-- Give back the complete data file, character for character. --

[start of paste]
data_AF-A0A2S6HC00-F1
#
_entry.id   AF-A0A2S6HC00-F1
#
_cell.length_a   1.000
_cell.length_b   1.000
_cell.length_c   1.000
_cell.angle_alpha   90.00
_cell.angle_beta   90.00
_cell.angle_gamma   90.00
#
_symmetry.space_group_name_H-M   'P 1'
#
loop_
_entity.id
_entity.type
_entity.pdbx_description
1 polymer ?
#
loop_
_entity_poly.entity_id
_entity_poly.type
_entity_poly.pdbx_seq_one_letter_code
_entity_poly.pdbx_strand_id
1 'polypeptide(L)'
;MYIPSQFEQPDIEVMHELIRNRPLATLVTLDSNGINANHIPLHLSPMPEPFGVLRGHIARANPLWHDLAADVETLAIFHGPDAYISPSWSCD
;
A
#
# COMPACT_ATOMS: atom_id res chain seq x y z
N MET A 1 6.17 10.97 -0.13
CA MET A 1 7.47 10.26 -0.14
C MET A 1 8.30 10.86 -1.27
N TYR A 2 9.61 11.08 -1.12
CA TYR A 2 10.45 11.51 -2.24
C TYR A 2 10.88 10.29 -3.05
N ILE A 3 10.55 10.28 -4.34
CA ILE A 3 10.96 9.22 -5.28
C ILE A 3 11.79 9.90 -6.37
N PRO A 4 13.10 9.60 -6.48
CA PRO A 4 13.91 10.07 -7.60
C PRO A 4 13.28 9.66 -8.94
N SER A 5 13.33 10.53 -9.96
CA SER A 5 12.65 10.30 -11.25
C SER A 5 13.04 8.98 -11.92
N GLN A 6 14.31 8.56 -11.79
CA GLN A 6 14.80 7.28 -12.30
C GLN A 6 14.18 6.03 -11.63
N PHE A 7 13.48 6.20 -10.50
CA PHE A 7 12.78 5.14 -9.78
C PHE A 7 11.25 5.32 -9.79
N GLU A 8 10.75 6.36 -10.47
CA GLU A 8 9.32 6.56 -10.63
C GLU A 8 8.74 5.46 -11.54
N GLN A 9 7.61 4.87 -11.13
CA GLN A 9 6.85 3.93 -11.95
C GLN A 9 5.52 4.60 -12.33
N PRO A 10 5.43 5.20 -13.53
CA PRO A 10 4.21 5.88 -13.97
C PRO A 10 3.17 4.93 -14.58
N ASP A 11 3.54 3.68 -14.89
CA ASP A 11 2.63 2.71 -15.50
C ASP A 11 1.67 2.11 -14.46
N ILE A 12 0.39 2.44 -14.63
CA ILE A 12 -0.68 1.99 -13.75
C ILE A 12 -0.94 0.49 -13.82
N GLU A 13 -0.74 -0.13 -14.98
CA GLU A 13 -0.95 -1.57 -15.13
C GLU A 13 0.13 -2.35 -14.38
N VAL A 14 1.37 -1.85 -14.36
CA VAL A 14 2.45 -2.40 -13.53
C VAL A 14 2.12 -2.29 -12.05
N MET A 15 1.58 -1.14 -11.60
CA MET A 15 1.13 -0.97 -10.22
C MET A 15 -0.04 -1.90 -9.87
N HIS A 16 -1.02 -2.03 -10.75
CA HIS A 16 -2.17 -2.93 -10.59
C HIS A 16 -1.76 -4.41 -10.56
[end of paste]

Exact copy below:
data_AF-A0A2S6HC00-F1
#
_entry.id   AF-A0A2S6HC00-F1
#
_cell.length_a   1.000
_cell.length_b   1.000
_cell.length_c   1.000
_cell.angle_alpha   90.00
_cell.angle_beta   90.00
_cell.angle_gamma   90.00
#
_symmetry.space_group_name_H-M   'P 1'
#
loop_
_entity.id
_entity.type
_entity.pdbx_description
1 polymer ?
#
loop_
_entity_poly.entity_id
_entity_poly.type
_entity_poly.pdbx_seq_one_letter_code
_entity_poly.pdbx_strand_id
1 'polypeptide(L)'
;MYIPSQFEQPDIEVMHELIRNRPLATLVTLDSNGINANHIPLHLSPMPEPFGVLRGHIARANPLWHDLAADVETLAIFHGPDAYISPSWSCD
;
A
#
# COMPACT_ATOMS: atom_id res chain seq x y z
N MET A 1 6.17 10.97 -0.13
CA MET A 1 7.47 10.26 -0.14
C MET A 1 8.30 10.86 -1.27
N TYR A 2 9.61 11.08 -1.12
CA TYR A 2 10.45 11.51 -2.24
C TYR A 2 10.88 10.29 -3.05
N ILE A 3 10.55 10.28 -4.34
CA ILE A 3 10.96 9.22 -5.28
C ILE A 3 11.79 9.90 -6.37
N PRO A 4 13.10 9.60 -6.48
CA PRO A 4 13.91 10.07 -7.60
C PRO A 4 13.28 9.66 -8.94
N SER A 5 13.33 10.53 -9.96
CA SER A 5 12.65 10.30 -11.25
C SER A 5 13.04 8.98 -11.92
N GLN A 6 14.31 8.56 -11.79
CA GLN A 6 14.80 7.28 -12.30
C GLN A 6 14.18 6.03 -11.63
N PHE A 7 13.48 6.20 -10.50
CA PHE A 7 12.78 5.14 -9.78
C PHE A 7 11.25 5.32 -9.79
N GLU A 8 10.75 6.36 -10.47
CA GLU A 8 9.32 6.56 -10.63
C GLU A 8 8.74 5.46 -11.54
N GLN A 9 7.61 4.87 -11.13
CA GLN A 9 6.85 3.93 -11.95
C GLN A 9 5.52 4.60 -12.33
N PRO A 10 5.43 5.20 -13.53
CA PRO A 10 4.21 5.88 -13.97
C PRO A 10 3.17 4.93 -14.58
N ASP A 11 3.54 3.68 -14.89
CA ASP A 11 2.63 2.71 -15.50
C ASP A 11 1.67 2.11 -14.46
N ILE A 12 0.39 2.44 -14.63
CA ILE A 12 -0.68 1.99 -13.75
C ILE A 12 -0.94 0.49 -13.82
N GLU A 13 -0.74 -0.13 -14.98
CA GLU A 13 -0.95 -1.57 -15.13
C GLU A 13 0.13 -2.35 -14.38
N VAL A 14 1.37 -1.85 -14.36
CA VAL A 14 2.45 -2.40 -13.53
C VAL A 14 2.12 -2.29 -12.05
N MET A 15 1.58 -1.14 -11.60
CA MET A 15 1.13 -0.97 -10.22
C MET A 15 -0.04 -1.90 -9.87
N HIS A 16 -1.02 -2.03 -10.75
CA HIS A 16 -2.17 -2.93 -10.59
C HIS A 16 -1.76 -4.41 -10.56